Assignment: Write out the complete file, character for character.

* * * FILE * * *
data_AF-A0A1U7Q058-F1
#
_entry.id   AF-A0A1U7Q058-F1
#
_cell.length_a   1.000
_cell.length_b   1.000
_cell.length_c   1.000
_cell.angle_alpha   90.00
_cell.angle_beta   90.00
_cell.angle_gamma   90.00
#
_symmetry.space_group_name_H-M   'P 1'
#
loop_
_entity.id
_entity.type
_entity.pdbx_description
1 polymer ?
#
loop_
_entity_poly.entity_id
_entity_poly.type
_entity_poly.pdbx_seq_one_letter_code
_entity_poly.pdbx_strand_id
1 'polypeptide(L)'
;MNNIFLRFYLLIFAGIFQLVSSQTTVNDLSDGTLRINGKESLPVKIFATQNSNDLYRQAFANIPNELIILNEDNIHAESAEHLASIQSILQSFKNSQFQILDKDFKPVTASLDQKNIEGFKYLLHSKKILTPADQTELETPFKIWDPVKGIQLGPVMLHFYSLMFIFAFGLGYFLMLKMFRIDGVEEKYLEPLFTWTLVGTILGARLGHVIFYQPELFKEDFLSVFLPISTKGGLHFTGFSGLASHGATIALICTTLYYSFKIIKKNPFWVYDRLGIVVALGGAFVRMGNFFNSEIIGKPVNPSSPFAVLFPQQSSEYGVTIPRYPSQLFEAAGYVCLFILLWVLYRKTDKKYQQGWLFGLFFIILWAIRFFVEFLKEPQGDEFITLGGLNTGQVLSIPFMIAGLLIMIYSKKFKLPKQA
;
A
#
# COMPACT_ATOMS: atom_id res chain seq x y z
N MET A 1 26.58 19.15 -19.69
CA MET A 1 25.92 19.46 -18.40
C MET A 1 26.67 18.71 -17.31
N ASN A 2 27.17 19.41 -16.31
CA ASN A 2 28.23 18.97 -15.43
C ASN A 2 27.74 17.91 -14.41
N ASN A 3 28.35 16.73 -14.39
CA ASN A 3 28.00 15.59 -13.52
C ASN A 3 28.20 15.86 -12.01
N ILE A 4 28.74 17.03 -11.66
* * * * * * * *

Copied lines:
data_AF-A0A1U7Q058-F1
#
_entry.id   AF-A0A1U7Q058-F1
#
_cell.length_a   1.000
_cell.length_b   1.000
_cell.length_c   1.000
_cell.angle_alpha   90.00
_cell.angle_beta   90.00
_cell.angle_gamma   90.00
#
_symmetry.space_group_name_H-M   'P 1'
#
loop_
_entity.id
_entity.type
_entity.pdbx_description
1 polymer ?
#
loop_
_entity_poly.entity_id
_entity_poly.type
_entity_poly.pdbx_seq_one_letter_code
_entity_poly.pdbx_strand_id
1 'polypeptide(L)'
;MNNIFLRFYLLIFAGIFQLVSSQTTVNDLSDGTLRINGKESLPVKIFATQNSNDLYRQAFANIPNELIILNEDNIHAESAEHLASIQSILQSFKNSQFQILDKDFKPVTASLDQKNIEGFKYLLHSKKILTPADQTELETPFKIWDPVKGIQLGPVMLHFYSLMFIFAFGLGYFLMLKMFRIDGVEEKYLEPLFTWTLVGTILGARLGHVIFYQPELFKEDFLSVFLPISTKGGLHFTGFSGLASHGATIALICTTLYYSFKIIKKNPFWVYDRLGIVVALGGAFVRMGNFFNSEIIGKPVNPSSPFAVLFPQQSSEYGVTIPRYPSQLFEAAGYVCLFILLWVLYRKTDKKYQQGWLFGLFFIILWAIRFFVEFLKEPQGDEFITLGGLNTGQVLSIPFMIAGLLIMIYSKKFKLPKQA
;
A
#
# COMPACT_ATOMS: atom_id res chain seq x y z
N MET A 1 26.58 19.15 -19.69
CA MET A 1 25.92 19.46 -18.40
C MET A 1 26.67 18.71 -17.31
N ASN A 2 27.17 19.41 -16.31
CA ASN A 2 28.23 18.97 -15.43
C ASN A 2 27.74 17.91 -14.41
N ASN A 3 28.35 16.73 -14.39
CA ASN A 3 28.00 15.59 -13.52
C ASN A 3 28.20 15.86 -12.01
N ILE A 4 28.74 17.03 -11.66